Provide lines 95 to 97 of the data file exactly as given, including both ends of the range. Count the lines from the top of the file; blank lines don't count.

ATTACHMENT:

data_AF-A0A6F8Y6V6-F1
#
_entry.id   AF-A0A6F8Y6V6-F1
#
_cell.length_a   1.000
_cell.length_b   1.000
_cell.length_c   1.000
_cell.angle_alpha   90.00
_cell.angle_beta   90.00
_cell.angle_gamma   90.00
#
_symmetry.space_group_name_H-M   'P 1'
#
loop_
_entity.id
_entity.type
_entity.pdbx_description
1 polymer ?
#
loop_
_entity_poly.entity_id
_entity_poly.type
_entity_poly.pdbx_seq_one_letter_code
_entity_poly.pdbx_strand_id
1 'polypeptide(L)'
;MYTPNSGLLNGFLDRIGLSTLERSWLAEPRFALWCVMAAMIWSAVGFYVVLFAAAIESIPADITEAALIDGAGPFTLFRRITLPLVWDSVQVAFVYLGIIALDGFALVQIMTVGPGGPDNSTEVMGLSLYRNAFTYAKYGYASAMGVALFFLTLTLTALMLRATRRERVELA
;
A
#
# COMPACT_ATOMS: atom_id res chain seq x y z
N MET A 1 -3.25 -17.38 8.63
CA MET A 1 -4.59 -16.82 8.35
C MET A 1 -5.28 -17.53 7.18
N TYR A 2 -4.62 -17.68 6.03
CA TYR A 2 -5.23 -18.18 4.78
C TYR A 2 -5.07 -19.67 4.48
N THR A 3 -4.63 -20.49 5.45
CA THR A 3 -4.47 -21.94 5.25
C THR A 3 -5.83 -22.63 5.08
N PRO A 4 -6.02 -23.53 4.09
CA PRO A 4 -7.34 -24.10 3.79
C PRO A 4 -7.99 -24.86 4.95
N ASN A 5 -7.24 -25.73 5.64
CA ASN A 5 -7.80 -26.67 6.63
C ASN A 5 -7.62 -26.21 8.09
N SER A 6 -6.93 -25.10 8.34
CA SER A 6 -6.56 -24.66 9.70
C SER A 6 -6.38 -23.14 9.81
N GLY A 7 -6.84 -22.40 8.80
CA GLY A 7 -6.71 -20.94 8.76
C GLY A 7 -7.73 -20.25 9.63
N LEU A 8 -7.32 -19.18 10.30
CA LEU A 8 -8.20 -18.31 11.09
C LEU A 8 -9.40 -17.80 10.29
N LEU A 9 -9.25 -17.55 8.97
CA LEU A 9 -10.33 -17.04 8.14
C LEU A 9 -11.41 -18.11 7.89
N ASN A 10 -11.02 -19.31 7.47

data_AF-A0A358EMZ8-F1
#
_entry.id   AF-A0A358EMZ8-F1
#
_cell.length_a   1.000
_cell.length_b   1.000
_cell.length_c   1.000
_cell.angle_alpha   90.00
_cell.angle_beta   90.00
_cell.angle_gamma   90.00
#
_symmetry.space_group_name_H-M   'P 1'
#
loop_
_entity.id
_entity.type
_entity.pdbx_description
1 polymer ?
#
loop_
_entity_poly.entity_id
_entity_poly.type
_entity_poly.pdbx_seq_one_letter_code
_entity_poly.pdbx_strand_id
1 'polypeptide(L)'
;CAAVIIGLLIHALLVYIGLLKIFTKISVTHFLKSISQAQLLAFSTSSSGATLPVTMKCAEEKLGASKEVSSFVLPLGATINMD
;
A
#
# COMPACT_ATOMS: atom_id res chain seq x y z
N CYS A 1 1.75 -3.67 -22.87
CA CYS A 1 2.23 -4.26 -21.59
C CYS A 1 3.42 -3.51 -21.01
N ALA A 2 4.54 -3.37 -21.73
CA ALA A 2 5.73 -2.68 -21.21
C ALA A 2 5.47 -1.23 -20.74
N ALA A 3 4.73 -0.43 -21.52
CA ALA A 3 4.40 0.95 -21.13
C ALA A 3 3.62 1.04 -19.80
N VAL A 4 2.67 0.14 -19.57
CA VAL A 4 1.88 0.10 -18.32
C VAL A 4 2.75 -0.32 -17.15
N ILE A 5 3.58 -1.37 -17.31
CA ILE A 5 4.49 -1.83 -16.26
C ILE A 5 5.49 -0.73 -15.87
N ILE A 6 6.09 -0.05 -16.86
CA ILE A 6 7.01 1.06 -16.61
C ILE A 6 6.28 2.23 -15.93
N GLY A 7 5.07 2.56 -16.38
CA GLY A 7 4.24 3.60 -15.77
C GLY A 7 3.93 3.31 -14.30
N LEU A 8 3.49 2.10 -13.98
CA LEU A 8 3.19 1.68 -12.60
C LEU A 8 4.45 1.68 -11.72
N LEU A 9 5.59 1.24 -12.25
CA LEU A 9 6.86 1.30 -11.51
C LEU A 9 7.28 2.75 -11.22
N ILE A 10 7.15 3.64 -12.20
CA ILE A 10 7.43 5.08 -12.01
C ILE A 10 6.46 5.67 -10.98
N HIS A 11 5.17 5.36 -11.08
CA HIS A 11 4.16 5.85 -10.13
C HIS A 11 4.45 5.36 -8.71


N ALA A 3 4.73 -0.43 -21.52
CA ALA A 3 4.40 0.95 -21.13
C ALA A 3 3.62 1.04 -19.80